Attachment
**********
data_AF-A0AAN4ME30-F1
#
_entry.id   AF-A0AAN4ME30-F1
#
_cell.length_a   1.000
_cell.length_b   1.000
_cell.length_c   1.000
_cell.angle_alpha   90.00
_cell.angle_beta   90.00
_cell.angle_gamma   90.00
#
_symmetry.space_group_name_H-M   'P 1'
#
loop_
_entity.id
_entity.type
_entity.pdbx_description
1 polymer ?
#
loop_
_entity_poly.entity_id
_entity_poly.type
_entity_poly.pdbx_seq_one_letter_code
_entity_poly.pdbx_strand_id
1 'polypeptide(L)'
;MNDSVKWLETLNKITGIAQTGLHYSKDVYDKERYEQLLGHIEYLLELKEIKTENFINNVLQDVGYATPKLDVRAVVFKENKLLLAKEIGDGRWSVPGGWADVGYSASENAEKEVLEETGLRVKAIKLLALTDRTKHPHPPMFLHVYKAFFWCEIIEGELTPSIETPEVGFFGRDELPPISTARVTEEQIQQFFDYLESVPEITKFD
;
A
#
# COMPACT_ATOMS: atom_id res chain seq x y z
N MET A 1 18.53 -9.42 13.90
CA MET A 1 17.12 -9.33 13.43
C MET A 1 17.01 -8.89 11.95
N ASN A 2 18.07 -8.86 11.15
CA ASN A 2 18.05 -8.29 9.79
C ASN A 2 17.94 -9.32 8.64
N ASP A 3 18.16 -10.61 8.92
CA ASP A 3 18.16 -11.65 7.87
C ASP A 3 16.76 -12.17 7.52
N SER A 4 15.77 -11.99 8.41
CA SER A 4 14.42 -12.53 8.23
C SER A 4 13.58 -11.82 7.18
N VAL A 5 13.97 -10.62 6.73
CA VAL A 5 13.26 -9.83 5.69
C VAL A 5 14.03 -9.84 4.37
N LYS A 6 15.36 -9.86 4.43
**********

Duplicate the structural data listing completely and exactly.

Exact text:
data_AF-A0AAN4ME30-F1
#
_entry.id   AF-A0AAN4ME30-F1
#
_cell.length_a   1.000
_cell.length_b   1.000
_cell.length_c   1.000
_cell.angle_alpha   90.00
_cell.angle_beta   90.00
_cell.angle_gamma   90.00
#
_symmetry.space_group_name_H-M   'P 1'
#
loop_
_entity.id
_entity.type
_entity.pdbx_description
1 polymer ?
#
loop_
_entity_poly.entity_id
_entity_poly.type
_entity_poly.pdbx_seq_one_letter_code
_entity_poly.pdbx_strand_id
1 'polypeptide(L)'
;MNDSVKWLETLNKITGIAQTGLHYSKDVYDKERYEQLLGHIEYLLELKEIKTENFINNVLQDVGYATPKLDVRAVVFKENKLLLAKEIGDGRWSVPGGWADVGYSASENAEKEVLEETGLRVKAIKLLALTDRTKHPHPPMFLHVYKAFFWCEIIEGELTPSIETPEVGFFGRDELPPISTARVTEEQIQQFFDYLESVPEITKFD
;
A
#
# COMPACT_ATOMS: atom_id res chain seq x y z
N MET A 1 18.53 -9.42 13.90
CA MET A 1 17.12 -9.33 13.43
C MET A 1 17.01 -8.89 11.95
N ASN A 2 18.07 -8.86 11.15
CA ASN A 2 18.05 -8.29 9.79
C ASN A 2 17.94 -9.32 8.64
N ASP A 3 18.16 -10.61 8.92
CA ASP A 3 18.16 -11.65 7.87
C ASP A 3 16.76 -12.17 7.52
N SER A 4 15.77 -11.99 8.41
CA SER A 4 14.42 -12.53 8.23
C SER A 4 13.58 -11.82 7.18
N VAL A 5 13.97 -10.62 6.73
CA VAL A 5 13.26 -9.83 5.69
C VAL A 5 14.03 -9.84 4.37
N LYS A 6 15.36 -9.86 4.43